Graduate Program

The Department of Slavic Languages and Literatures offers graduate students the opportunity to study in depth the literatures, cultures, and languages of Bosnia / Croatia / Serbia, the Czech Republic, Poland, Russia, and Ukraine. The Department offers interdisciplinary and comparative work across the cultures of the Slavic world.

Doctoral candidates in the Department specialize either in:

but are required to gain some knowledge of the other field as well.

Graduate Courses

The Department offers a wide range of graduate seminars; our offerings change from year to year, but recent courses have included the following:

Authors and Reading Courses 
• Pushkin
• Gogol
• Dostoevsky
• Tolstoy
• Chekhov
• Nabokov
• Reading Anna Karenina

Periods and Genres 
• The Culture of Medieval Rus’: Art, Architecture, Ritual, Literature
• 18th-Century Russian Literature
• Russian Pastoral
• Russian Symbolist Poetry
• Russian Poetry of the Nineteenth Century
• Russian and Soviet Silent Film
• Soviet Film after Stalin
• Russian Avant-Garde Theater
• Russian Futurism and Formalism
• Poetry after Brodsky: How Russian is it?
• Elegy: The Art of Losing

Thematic, theoretical, and linguistics seminars
• Theory of Narrative
• Literature as Institutions
• Russian Intellectual History
• Poetic Self-Creation in Twentieth-Century Russia
• Sex and Self in Russian Poetry
• The Power of the Powerless: Dissidents from Socrates to Václav Havel
• Comparative Slavic Linguistics
• Introduction to East Slavic Languages

Ukrainian, Czech, and Polish 
• East Central European Novel after World War II
• Medieval, Renaissance and Baroque Prague: A Cultural History
• Communism and the Politics of Culture: Czechoslovak Literary Culture after World War II
• Polish Postwar Poetry
• Milosz and America
• War and Literature: Responses to World War II in Polish Culture
• Revolutionary Ukraine: Between the Russian Revolution and the Euromaidan of 2014 
• Russian-Ukrainian Literary Relations
• Twentieth-Century Ukrainian Poetry

Students work closely with faculty in their major fields to create a program oriented around particular interests; course work is possible in allied fields as well. All students study Old Church Slavonic, as well as taking a course on the structure of Russian designed to prepare them for teaching language courses in their third year.

The Department does not admit candidates for a terminal A.M. degree. Ph.D. candidates may, however, apply for a master’s degree after having completed, with satisfactory grades, eight half-courses that satisfy Department requirements. 

If you are interested in a terminal A.M. degree, please review information on the Master’s Degree in Regional Studies: Russia, Eastern Europe, and Central Asia (REECA) offered by the Davis Center for Russian and Eurasian Studies


Through the pre-generals period and until the time a prospectus is approved, the Director of Graduate Studies advises all graduate students. When a student submits their prospectus to the department, however, they also names an advisor to direct the dissertation as first reader, and recommends the second and third readers as well. Once the department approves the prospectus, the student will work with these three faculty members as needed throughout the dissertation process. At the beginning of each term, the Director of Graduate Studies is responsible for meeting with all the graduate students and signing study cards.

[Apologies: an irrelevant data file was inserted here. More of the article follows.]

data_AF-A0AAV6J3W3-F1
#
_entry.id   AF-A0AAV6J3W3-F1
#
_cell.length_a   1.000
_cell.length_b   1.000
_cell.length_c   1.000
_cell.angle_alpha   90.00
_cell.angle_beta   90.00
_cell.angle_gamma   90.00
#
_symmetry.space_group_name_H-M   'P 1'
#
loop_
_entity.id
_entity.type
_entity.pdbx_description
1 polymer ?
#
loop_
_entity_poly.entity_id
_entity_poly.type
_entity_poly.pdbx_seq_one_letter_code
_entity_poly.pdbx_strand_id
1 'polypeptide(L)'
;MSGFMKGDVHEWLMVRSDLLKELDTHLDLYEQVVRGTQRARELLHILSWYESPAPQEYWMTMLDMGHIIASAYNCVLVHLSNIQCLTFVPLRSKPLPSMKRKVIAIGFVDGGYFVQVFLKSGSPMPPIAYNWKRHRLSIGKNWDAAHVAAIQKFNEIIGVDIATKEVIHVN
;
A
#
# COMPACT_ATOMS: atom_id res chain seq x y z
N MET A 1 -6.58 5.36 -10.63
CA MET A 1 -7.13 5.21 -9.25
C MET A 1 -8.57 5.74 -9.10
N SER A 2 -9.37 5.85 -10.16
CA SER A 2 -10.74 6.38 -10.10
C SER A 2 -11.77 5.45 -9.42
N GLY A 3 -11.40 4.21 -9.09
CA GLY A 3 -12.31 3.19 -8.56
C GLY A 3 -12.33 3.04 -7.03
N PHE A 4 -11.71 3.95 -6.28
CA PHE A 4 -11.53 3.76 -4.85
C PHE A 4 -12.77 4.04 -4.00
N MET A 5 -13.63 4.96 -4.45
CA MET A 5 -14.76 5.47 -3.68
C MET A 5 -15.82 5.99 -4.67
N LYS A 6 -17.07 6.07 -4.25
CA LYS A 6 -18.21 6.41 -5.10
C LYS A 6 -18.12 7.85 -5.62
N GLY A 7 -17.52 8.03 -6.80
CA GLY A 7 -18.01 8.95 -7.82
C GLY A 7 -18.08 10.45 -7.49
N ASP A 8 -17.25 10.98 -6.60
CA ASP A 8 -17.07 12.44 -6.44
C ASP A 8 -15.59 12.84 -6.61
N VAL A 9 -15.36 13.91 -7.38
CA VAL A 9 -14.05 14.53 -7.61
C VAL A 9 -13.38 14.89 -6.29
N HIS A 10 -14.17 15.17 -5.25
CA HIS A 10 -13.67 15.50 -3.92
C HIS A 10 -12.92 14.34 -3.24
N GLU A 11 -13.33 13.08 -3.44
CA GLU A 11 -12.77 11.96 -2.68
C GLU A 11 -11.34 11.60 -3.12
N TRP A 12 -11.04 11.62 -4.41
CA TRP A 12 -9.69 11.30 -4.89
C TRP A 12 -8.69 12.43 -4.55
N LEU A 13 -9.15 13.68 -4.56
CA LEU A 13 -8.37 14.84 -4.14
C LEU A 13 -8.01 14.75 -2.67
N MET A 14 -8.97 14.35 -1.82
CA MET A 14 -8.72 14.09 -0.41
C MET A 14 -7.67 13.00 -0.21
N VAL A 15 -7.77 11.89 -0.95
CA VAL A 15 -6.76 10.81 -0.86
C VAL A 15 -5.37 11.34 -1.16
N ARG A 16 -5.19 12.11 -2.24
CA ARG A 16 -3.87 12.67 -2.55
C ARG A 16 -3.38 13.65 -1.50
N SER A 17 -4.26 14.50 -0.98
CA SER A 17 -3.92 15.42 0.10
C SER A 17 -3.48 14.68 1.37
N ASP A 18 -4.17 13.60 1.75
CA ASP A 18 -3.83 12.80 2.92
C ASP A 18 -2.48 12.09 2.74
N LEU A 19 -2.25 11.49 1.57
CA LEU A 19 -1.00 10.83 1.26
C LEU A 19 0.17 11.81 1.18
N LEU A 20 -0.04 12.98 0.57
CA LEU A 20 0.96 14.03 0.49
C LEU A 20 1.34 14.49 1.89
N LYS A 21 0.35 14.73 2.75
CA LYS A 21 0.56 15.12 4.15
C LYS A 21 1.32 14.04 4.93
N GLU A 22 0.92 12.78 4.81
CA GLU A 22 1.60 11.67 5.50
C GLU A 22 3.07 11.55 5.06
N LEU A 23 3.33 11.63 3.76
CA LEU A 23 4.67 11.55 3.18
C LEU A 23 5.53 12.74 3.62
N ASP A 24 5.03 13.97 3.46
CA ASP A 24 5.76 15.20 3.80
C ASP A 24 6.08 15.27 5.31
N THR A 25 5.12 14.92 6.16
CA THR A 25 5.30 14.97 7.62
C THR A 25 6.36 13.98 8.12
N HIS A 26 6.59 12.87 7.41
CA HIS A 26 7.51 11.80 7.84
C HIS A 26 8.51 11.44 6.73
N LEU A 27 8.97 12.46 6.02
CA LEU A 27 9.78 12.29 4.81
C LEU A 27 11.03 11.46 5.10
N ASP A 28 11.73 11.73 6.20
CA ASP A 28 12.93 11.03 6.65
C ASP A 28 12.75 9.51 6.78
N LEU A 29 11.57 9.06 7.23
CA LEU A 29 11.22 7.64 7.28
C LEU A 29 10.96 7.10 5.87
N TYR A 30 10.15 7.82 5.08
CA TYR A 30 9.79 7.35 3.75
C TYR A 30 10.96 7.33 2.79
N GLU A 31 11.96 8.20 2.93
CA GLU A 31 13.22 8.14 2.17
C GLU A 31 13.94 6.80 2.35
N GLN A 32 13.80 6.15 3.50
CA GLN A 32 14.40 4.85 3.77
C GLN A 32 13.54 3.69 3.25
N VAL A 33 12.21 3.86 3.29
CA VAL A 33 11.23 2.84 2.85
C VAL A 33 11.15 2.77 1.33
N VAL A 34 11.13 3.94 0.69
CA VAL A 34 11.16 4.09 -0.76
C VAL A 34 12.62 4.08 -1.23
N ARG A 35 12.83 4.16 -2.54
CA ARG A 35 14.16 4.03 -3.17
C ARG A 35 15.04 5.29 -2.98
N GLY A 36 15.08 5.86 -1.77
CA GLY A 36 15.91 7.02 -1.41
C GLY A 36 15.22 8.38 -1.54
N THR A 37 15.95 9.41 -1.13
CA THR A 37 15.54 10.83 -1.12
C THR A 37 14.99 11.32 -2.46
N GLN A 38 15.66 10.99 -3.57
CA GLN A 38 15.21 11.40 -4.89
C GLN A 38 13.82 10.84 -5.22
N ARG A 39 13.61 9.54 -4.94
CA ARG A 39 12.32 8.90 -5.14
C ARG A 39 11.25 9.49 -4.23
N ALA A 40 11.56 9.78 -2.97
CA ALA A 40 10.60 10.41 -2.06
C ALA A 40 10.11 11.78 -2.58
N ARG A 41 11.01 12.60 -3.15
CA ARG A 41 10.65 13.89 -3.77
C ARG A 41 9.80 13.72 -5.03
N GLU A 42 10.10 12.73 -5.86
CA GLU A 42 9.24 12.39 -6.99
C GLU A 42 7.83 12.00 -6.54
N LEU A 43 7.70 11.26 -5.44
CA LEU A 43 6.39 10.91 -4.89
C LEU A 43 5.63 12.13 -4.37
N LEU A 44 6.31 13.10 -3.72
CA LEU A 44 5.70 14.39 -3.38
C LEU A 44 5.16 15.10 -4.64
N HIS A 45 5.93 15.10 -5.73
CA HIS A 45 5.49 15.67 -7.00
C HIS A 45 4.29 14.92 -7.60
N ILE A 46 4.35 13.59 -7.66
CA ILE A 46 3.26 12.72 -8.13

Department Intellectual and Social Life

Department faculty and graduate students gather monthly at Literary Colloquia (held at a faculty residence) to hear a paper by a current graduate student or invited guest speaker.

The Department also runs a bi-weekly GSAS workshop, Current Research in Russian and East European Literature and Culture, which provides a forum for graduate students to discuss their research and professional preparations.

The Davis Center Literature and Culture Seminar, run by Slavic Department faculty together with graduate students, hosts guest speakers from outside institutions several times each semester.

The Davis Center also sponsors special seminars in conjunction with the Fellows Seminar, the theme of which changes each year. 

All Department members are welcome to attend the colloquia and sponsored guest lectures.

Department's ties around Harvard

The department maintains close working ties with other departments and groups studying the Slavic world at Harvard:

Slavic Resources at Harvard

The collections of the Slavic Division at Widener Library offer resources for the study and research of Slavic culture without parallel at any American university. 

The Harvard Film Archive houses an extensive and unique collection devoted to Russian and Ukrainian cinema, which includes 35- and 16-millimeter films.


Preparation for the Job Market

The Department requires that doctoral candidates work as teaching fellows in its language and literature courses, regarding such experience as an integral part of doctoral training. Students normally teach in the third and fourth years of study, and often beyond.

The Department also helps prepare graduate students for the job market through personalized consultations on CV's and cover letters, and through special sessions devoted to professional preparation in our graduate workshop, Current Research in Russian and East European Literature and Culture, as well as in our Department proseminar, a required course for all incoming graduate students.

The monthly literature colloquia give all graduate students the opportunity to present their work in a longer (40-50 minute) talk, which provides good practice for eventual job talks during the job search. We also conduct mock interviews to help prepare students for their job interviews at major Slavic and literature conferences, and organize practice job talks for students who are preparing for campus visits.